Brits are more likely to splurge on sugary soft drinks in restaurants and pubs than in grocery, The Grocer can reveal.
Low and no-sugar cola has a much smaller share of foodservice & pub trade sales compared with the grocery & impulse market, exclusive data by CGA and Nielsen shows.
Pepsi is a great example of this. As one of the standout soft drinks successes in recent years, Pepsi Max holds a 55% share of the brand’s sales in grocery, and is growing at 10.3%. However, it accounts for just 7.8% of its sales in foodservice. What’s more, full sugar Pepsi is on the rise.
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“I wouldn’t shy away from the fact that there’s growth in sugar, but it’s not the majority of it,” says Nigel Paine, commercial operating director at Britvic. “The Pepsi brand overall is continuing to gain traction away from home in new environments, in restaurants and so on. The big one for us was signing up Subway [previously a Coke contract] last June. That’s an enormous amount of people getting to taste and sample the brand out of home and then looking for it in grocery.”
However, Britvic insists the difference in on and off trade performance is not down to consumers splurging while out and about, but instead that Pepsi Max has only been promoted in the on-trade for the past year, leading to the 49.7% rise in its sales albeit from a smaller base.
A similar story can be seen in Coca-Cola but to a lesser extent, although, unlike Pepsi, the full-sugar variant is in decline. This, CCEP insists, is down to consumers switching to Coke Zero Sugar which is in growth in both the on and off-trade. Following a reformulation last year, sales surged by 14.8% and 24.7% in grocery and foodservice, respectively.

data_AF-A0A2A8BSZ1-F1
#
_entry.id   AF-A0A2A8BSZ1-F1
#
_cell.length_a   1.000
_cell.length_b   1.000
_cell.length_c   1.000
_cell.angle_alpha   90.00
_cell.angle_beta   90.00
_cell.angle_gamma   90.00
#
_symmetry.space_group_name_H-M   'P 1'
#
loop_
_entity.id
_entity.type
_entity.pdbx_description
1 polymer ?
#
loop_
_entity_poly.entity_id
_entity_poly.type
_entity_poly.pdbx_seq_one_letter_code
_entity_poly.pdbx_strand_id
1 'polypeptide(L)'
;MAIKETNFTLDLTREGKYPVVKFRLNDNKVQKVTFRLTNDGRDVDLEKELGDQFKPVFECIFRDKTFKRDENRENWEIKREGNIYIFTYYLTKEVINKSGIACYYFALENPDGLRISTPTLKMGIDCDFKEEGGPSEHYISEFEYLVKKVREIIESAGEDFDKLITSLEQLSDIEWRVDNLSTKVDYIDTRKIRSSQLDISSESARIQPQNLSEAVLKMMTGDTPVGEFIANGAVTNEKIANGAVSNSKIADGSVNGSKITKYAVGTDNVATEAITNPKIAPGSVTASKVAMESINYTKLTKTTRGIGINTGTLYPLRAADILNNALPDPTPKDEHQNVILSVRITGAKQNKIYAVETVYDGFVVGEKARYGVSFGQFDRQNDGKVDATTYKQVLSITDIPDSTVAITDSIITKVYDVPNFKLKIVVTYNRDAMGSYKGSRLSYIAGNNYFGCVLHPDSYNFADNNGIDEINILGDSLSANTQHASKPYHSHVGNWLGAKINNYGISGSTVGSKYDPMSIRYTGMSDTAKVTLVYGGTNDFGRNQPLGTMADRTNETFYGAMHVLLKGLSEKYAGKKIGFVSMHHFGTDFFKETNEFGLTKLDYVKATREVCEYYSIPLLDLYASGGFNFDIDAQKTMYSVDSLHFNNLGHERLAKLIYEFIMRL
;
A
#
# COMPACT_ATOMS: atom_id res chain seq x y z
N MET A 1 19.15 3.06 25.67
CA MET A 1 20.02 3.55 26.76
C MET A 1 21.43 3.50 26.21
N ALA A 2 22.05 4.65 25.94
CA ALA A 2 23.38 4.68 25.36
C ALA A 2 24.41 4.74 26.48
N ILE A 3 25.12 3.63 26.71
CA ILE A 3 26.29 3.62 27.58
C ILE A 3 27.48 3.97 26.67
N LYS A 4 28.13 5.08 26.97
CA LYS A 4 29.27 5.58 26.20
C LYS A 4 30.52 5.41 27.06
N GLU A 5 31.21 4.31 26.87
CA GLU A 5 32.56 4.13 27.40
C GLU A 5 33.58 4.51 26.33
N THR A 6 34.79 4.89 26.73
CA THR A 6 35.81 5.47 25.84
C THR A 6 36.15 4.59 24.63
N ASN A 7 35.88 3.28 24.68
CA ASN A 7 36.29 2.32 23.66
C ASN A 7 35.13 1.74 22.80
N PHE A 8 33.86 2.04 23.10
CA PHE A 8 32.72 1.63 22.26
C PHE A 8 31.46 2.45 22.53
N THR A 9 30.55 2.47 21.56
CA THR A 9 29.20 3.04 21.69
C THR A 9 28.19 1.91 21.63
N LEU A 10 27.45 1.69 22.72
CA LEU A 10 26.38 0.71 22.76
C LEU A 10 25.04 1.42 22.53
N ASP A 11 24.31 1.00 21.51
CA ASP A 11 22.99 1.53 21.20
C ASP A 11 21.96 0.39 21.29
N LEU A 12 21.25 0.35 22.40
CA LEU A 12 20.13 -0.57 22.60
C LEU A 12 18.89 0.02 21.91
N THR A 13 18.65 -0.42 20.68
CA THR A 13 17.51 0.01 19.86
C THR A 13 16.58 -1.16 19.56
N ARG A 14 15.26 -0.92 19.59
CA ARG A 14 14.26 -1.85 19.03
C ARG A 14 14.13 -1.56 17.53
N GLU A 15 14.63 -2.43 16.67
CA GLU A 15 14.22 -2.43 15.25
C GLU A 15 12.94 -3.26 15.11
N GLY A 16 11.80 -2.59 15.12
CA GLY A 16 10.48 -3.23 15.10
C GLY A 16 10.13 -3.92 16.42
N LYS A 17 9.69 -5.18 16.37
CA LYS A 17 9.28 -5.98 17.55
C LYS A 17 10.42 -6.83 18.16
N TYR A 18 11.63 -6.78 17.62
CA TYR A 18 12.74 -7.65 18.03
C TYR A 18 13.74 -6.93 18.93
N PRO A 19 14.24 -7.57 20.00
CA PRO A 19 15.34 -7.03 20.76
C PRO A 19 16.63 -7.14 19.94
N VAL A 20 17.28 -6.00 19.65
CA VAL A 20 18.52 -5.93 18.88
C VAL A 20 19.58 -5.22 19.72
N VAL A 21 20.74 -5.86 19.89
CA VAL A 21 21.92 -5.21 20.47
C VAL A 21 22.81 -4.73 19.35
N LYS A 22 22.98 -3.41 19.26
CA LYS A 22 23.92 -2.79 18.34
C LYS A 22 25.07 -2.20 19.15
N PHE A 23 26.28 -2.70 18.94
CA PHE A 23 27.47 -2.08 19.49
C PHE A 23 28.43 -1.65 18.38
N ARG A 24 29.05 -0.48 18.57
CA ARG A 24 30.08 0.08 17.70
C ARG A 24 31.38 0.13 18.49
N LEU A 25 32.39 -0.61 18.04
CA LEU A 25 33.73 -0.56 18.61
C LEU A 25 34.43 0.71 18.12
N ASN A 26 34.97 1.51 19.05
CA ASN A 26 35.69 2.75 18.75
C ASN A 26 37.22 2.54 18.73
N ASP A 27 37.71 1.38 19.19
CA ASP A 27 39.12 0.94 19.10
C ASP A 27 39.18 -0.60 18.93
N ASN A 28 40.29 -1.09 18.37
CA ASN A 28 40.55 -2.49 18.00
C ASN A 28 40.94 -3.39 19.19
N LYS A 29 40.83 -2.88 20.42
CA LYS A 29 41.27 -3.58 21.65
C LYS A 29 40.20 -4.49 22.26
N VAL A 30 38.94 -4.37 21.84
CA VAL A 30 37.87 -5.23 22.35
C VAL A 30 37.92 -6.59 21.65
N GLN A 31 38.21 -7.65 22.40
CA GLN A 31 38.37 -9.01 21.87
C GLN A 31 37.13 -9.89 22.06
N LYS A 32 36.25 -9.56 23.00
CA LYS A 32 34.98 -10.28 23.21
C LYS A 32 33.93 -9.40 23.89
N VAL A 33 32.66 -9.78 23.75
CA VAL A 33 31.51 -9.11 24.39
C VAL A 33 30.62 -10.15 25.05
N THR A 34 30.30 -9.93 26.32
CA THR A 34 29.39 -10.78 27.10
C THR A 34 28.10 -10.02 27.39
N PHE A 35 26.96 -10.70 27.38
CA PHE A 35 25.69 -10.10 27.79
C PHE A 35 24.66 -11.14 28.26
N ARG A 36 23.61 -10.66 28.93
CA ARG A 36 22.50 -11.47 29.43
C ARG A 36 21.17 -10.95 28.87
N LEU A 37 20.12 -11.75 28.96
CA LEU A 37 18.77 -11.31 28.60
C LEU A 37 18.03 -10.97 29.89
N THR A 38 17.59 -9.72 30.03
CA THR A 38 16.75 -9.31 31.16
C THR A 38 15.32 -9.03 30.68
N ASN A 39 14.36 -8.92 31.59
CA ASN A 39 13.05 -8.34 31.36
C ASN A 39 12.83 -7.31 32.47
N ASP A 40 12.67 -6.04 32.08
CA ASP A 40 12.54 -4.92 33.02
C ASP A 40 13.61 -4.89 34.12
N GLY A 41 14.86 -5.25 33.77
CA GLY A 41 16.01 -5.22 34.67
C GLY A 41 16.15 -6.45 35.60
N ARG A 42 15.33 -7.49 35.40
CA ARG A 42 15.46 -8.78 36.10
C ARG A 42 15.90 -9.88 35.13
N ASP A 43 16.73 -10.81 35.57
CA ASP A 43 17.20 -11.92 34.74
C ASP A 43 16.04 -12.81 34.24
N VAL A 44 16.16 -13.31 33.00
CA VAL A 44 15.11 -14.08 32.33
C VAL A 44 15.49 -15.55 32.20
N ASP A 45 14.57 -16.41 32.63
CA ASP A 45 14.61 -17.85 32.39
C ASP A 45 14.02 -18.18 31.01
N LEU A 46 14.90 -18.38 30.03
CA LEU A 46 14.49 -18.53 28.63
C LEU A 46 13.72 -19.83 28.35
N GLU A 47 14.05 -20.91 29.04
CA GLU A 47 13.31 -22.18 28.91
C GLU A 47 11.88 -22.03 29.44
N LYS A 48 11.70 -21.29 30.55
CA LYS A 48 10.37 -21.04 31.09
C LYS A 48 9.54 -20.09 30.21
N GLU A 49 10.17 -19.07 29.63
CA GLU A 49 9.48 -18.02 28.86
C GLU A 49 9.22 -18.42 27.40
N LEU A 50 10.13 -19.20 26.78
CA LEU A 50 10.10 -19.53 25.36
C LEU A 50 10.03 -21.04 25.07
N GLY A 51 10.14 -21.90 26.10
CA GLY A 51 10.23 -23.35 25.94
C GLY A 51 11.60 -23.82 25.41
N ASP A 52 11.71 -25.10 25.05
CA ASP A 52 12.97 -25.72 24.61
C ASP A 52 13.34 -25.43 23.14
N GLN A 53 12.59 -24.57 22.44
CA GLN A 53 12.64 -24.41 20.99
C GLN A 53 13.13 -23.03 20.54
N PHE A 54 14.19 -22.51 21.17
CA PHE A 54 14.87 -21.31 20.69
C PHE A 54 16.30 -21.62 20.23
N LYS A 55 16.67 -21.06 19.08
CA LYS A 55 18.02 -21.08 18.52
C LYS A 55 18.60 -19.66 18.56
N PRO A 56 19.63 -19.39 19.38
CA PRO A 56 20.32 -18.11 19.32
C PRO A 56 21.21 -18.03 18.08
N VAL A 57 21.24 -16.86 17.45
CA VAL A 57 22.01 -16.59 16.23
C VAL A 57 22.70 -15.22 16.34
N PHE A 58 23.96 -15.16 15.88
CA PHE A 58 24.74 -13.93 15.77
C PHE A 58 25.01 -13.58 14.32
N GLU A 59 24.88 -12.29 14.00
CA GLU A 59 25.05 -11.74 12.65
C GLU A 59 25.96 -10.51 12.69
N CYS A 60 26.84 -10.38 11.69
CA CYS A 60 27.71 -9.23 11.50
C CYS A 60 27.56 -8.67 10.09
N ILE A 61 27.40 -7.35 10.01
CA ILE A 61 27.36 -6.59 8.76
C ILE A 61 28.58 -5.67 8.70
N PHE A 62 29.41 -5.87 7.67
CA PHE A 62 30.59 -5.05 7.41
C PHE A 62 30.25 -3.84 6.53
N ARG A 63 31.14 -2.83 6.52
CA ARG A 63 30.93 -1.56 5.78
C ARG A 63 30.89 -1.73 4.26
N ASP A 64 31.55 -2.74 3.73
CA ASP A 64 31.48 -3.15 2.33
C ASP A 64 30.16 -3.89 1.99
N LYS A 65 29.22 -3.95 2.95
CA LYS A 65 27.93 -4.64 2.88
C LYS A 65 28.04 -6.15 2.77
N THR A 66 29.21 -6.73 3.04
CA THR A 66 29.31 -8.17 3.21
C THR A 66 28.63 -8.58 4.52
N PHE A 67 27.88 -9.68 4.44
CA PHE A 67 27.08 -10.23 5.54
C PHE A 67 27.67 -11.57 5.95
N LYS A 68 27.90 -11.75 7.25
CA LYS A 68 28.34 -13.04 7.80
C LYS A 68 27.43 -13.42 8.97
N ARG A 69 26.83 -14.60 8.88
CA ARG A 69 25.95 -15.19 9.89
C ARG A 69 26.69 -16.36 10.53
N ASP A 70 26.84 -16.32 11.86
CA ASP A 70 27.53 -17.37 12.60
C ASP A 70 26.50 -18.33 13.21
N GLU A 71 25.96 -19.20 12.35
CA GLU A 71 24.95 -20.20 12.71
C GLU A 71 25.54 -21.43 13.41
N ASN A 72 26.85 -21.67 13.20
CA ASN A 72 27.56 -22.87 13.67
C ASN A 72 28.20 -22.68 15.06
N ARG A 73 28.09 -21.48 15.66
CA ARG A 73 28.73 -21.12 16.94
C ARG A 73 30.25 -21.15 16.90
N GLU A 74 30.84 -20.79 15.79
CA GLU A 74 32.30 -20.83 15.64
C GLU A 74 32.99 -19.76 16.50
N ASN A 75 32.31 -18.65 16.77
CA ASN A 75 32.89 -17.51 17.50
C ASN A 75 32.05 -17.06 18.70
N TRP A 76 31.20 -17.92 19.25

Consumers, believes Jo Sykes, marketing director at SHS Drinks, are more likely to treat themselves out of home. “Many consumers are creating a credit/debit system whereby they opt for ‘healthier’ choices during the week, particularly at lunchtime, then treat themselves at weekends, in the evenings and on social occasions when they regard sugar content as less of an issue,” she says.
Despite the rise in Coke Zero Sugar, Pepsi Max and diet variants of Coca-Cola and Pepsi, there’s still a long way to go before low and no sugar varieties can outperform the full sugar ones in foodservice and pubs, and even more before they can rival the success seen in grocery.
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Revealed: sugary pop more popular in pubs than grocery